BEIRUT: Thousands of public and private-sector workers in Lebanon are expected to down tools next week in a national strike over crippling government spending cuts.
Members of the country’s General Labor Union, which includes 43 unions and federations, will join a walkout on Wednesday in protest at the latest austerity measures.
Union leader, Bechara Al-Asmar, told Arab News: “This national strike is the beginning of the broadest moves the country will witness against the removal of state subsidies for basic materials.
“We are shouting in everyone’s face. We cannot stand by. If they (the country’s political leaders) form a government, there is no need to strike, but what is happening is further deterioration.
“The poverty rate in Lebanon, according to international statistics, has reached 75 percent, and these people receive 1 million (Lebanese) pounds ($660), which is no longer sufficient to pay an electricity bill, while the extreme poverty rate has risen to 40 percent.
“In the tourism sector alone, the total number of people who have lost their jobs has reached 110,000, and if banks implement the Central Bank’s circular for merging, 10,000 employees will become unemployed and there will be no job opportunities for them in light of the closure of other institutions,” Al-Asmar said.
There were angry street protests in Sidon following an announcement by Ali Ibrahim, head of the Union of Bakeries Syndicates, that the state had stopped subsidizing flour. Demonstrators blocked main roads and in Hermel tires were set alight outside the government palace.
One protester told Arab News: “I used to buy a thyme pie (a cheap popular food) for 1,000 Lebanese pounds. Today, after announcing the lifting of subsidies, they went up to 2,500 pounds. How can the poor survive? What awaits us next?”
During a press conference, Shadi Al-Sayed, head of the Public Drivers Syndicate in northern Lebanon, said: “The spark of anger will be from Tripoli if the ruling authority in Lebanon decides to kill the citizen in his livelihood.” He warned of street protests until “matters returned to normal.”
The Lebanese pound has lost 80 percent of its value since the beginning of the financial crisis in the country last year and Lebanese banks have imposed restrictions on their customers’ deposits.
Revenues are expected to decline sharply, as tax and non-tax income continues to fall due to the downturn in economic activity in Lebanon.
Hassan Diab’s caretaker government on Tuesday organized workshops to rationalize subsidies for fuel, flour, and medicines. A government source told Arab News: “Diab refuses to hold his government accountable for the consequences of the decision to lift the subsidies.”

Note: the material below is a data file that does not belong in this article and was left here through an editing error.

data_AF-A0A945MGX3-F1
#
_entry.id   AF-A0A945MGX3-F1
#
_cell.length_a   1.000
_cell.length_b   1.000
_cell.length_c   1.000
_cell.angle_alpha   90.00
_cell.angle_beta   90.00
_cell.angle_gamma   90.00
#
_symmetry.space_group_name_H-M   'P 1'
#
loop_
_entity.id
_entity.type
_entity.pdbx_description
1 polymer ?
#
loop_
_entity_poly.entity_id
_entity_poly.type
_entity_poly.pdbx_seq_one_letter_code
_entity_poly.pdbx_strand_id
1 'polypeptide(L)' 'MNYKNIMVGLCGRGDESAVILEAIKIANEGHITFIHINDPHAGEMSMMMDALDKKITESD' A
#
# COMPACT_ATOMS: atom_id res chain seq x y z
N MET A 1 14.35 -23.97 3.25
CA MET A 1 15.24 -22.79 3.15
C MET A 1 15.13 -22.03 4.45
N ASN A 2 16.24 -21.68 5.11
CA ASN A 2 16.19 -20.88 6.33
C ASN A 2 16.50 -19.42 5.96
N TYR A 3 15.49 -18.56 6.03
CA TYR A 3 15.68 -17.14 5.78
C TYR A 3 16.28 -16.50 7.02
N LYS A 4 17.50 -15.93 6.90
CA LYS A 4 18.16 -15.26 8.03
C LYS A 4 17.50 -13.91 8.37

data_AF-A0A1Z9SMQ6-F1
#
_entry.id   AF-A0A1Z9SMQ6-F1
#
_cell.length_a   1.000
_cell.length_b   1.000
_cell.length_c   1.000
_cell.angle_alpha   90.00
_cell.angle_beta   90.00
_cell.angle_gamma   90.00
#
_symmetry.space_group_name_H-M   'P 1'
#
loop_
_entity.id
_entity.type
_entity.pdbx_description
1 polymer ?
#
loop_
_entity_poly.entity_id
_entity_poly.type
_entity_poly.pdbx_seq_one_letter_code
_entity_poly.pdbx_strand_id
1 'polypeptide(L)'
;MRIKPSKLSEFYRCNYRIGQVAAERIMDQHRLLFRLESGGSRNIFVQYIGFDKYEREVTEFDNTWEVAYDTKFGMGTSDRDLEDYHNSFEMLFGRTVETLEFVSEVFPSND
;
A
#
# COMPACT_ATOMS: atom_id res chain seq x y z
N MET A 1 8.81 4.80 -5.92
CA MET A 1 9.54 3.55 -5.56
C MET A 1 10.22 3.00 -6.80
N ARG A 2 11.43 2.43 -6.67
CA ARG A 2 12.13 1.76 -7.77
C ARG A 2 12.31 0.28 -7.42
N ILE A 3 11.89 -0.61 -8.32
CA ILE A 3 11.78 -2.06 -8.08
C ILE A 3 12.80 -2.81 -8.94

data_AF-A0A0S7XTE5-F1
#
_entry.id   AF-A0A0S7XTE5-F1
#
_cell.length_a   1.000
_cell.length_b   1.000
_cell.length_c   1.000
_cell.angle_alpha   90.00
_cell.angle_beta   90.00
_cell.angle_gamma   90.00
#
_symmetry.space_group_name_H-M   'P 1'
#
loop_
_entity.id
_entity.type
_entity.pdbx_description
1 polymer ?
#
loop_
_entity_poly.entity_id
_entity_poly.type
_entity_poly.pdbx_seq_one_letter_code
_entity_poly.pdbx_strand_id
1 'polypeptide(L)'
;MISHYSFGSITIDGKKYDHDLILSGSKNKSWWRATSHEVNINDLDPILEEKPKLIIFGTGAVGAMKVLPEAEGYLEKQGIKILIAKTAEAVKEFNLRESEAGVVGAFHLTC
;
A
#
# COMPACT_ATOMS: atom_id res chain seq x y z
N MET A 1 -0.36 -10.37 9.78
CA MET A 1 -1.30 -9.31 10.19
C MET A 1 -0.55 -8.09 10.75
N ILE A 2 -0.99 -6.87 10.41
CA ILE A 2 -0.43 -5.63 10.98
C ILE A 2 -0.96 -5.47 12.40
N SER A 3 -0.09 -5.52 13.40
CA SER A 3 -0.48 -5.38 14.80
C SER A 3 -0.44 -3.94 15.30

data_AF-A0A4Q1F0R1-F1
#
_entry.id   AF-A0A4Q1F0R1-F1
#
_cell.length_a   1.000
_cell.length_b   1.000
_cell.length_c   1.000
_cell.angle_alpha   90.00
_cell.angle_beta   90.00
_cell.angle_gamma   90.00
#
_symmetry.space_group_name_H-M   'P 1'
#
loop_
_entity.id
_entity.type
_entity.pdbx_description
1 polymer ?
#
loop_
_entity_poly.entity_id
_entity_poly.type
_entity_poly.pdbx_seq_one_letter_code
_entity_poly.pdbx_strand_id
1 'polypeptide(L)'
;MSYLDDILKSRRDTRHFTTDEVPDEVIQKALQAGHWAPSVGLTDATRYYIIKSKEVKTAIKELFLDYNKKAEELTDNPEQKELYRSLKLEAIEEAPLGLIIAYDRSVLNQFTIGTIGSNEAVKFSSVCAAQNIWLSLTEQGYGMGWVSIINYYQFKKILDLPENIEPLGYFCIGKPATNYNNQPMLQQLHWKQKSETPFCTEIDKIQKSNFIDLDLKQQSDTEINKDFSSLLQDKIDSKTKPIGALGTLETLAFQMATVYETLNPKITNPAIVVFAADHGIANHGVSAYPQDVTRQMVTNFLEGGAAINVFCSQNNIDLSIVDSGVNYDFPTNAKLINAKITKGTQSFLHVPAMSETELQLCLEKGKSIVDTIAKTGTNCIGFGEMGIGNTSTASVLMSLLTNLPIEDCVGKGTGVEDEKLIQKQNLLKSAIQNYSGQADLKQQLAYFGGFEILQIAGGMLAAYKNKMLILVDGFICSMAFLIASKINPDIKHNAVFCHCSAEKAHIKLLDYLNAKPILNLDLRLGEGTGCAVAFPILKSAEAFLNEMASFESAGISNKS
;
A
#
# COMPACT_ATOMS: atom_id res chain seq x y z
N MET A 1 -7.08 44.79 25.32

Addressing the workshops, Diab said: “The caretaker government did not intend to lift the subsidies, but rather our approach is to rationalize the subsidies. Basic life matters for the Lebanese citizen, such as medicine and flour, are a red line for us.
“The difficult economic and financial conditions that Lebanon is going through are the results of many years of bad policies,” he added.
The workshops have been given a week to “complete a clear project” for tackling the financial crisis.
Al-Asmar said: “Instead of seeking to retrieve the looted funds and put an end to persistent corruption, the state is resolutely tending to lift subsidies on types of flour and will lift fuel subsidies by 40 to 60 percent in preparation for lifting it completely, while politicians and the Prime Minister-designate (Saad Hariri) are still procrastinating in forming the government, although it is the only passage for any international support for Lebanon.”
Head of Lebanon’s parliamentary health committee, MP Assem Araji, said the government hoped “to save $250 million through rationalizing the subsidies of medicines.”
George Brax, a member of the Lebanese Syndicate of Gas Station Owners, said: “Diab is trying to find a solution by securing the import of fuel from a foreign country (thought to be Iraq) without paying directly.”
Lebanese President Michel Aoun and Hariri on Wednesday held a second meeting within the space of 72 hours but failed to move forward with plans for the formation of a new government.
The Council of the EU expressed its growing concern about “the serious financial, economic, social, and political crisis that has taken hold in Lebanon and has continued to worsen in recent months.”
In a statement distributed by its embassy in Beirut, it said: “The EU calls on Lebanon’s political leadership to listen to the people as they articulate their aspirations and concerns, to take their demands seriously, and harness their inputs and implement reforms without further delay.”